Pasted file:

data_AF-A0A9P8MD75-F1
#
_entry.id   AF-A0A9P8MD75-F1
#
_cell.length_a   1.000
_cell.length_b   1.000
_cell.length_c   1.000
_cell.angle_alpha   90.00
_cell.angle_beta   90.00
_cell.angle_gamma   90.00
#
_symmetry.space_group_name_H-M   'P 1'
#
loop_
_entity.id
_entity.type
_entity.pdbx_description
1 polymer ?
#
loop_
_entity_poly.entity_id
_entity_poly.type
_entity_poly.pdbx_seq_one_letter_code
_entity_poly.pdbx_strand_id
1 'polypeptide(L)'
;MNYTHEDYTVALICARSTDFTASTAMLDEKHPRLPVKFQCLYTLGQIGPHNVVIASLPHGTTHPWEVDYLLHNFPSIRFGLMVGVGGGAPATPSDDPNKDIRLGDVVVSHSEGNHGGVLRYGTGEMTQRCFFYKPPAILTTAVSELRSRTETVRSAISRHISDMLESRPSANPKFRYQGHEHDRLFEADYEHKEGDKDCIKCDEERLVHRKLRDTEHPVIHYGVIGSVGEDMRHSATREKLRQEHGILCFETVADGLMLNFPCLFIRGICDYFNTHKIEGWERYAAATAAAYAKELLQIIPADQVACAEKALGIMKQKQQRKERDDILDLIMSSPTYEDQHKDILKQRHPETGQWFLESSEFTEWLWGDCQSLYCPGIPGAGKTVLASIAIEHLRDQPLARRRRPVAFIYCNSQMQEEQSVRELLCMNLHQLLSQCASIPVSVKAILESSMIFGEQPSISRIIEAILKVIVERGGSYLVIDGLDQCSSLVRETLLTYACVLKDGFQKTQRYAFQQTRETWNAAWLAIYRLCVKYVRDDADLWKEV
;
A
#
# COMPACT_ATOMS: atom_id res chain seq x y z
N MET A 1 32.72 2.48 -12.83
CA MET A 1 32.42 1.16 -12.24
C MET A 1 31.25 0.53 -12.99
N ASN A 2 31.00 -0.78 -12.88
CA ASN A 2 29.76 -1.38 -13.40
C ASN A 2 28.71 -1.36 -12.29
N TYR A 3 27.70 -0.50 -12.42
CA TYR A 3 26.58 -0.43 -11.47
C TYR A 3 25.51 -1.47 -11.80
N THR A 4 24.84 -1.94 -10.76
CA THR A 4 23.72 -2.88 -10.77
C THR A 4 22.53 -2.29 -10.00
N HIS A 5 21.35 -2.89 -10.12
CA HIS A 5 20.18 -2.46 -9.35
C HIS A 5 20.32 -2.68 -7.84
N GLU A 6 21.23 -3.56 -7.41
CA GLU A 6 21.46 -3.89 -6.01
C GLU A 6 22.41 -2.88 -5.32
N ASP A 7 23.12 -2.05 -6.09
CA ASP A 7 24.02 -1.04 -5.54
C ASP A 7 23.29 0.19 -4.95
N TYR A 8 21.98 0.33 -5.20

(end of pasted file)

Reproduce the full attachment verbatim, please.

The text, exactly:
data_AF-A0A9P8MD75-F1
#
_entry.id   AF-A0A9P8MD75-F1
#
_cell.length_a   1.000
_cell.length_b   1.000
_cell.length_c   1.000
_cell.angle_alpha   90.00
_cell.angle_beta   90.00
_cell.angle_gamma   90.00
#
_symmetry.space_group_name_H-M   'P 1'
#
loop_
_entity.id
_entity.type
_entity.pdbx_description
1 polymer ?
#
loop_
_entity_poly.entity_id
_entity_poly.type
_entity_poly.pdbx_seq_one_letter_code
_entity_poly.pdbx_strand_id
1 'polypeptide(L)'
;MNYTHEDYTVALICARSTDFTASTAMLDEKHPRLPVKFQCLYTLGQIGPHNVVIASLPHGTTHPWEVDYLLHNFPSIRFGLMVGVGGGAPATPSDDPNKDIRLGDVVVSHSEGNHGGVLRYGTGEMTQRCFFYKPPAILTTAVSELRSRTETVRSAISRHISDMLESRPSANPKFRYQGHEHDRLFEADYEHKEGDKDCIKCDEERLVHRKLRDTEHPVIHYGVIGSVGEDMRHSATREKLRQEHGILCFETVADGLMLNFPCLFIRGICDYFNTHKIEGWERYAAATAAAYAKELLQIIPADQVACAEKALGIMKQKQQRKERDDILDLIMSSPTYEDQHKDILKQRHPETGQWFLESSEFTEWLWGDCQSLYCPGIPGAGKTVLASIAIEHLRDQPLARRRRPVAFIYCNSQMQEEQSVRELLCMNLHQLLSQCASIPVSVKAILESSMIFGEQPSISRIIEAILKVIVERGGSYLVIDGLDQCSSLVRETLLTYACVLKDGFQKTQRYAFQQTRETWNAAWLAIYRLCVKYVRDDADLWKEV
;
A
#
# COMPACT_ATOMS: atom_id res chain seq x y z
N MET A 1 32.72 2.48 -12.83
CA MET A 1 32.42 1.16 -12.24
C MET A 1 31.25 0.53 -12.99
N ASN A 2 31.00 -0.78 -12.88
CA ASN A 2 29.76 -1.38 -13.40
C ASN A 2 28.71 -1.36 -12.29
N TYR A 3 27.70 -0.50 -12.42
CA TYR A 3 26.58 -0.43 -11.47
C TYR A 3 25.51 -1.47 -11.80
N THR A 4 24.84 -1.94 -10.76
CA THR A 4 23.72 -2.88 -10.77
C THR A 4 22.53 -2.29 -10.00
N HIS A 5 21.35 -2.89 -10.12
CA HIS A 5 20.18 -2.46 -9.35
C HIS A 5 20.32 -2.68 -7.84
N GLU A 6 21.23 -3.56 -7.41
CA GLU A 6 21.46 -3.89 -6.01
C GLU A 6 22.41 -2.88 -5.32
N ASP A 7 23.12 -2.05 -6.09
CA ASP A 7 24.02 -1.04 -5.54
C ASP A 7 23.29 0.19 -4.95
N TYR A 8 21.98 0.33 -5.20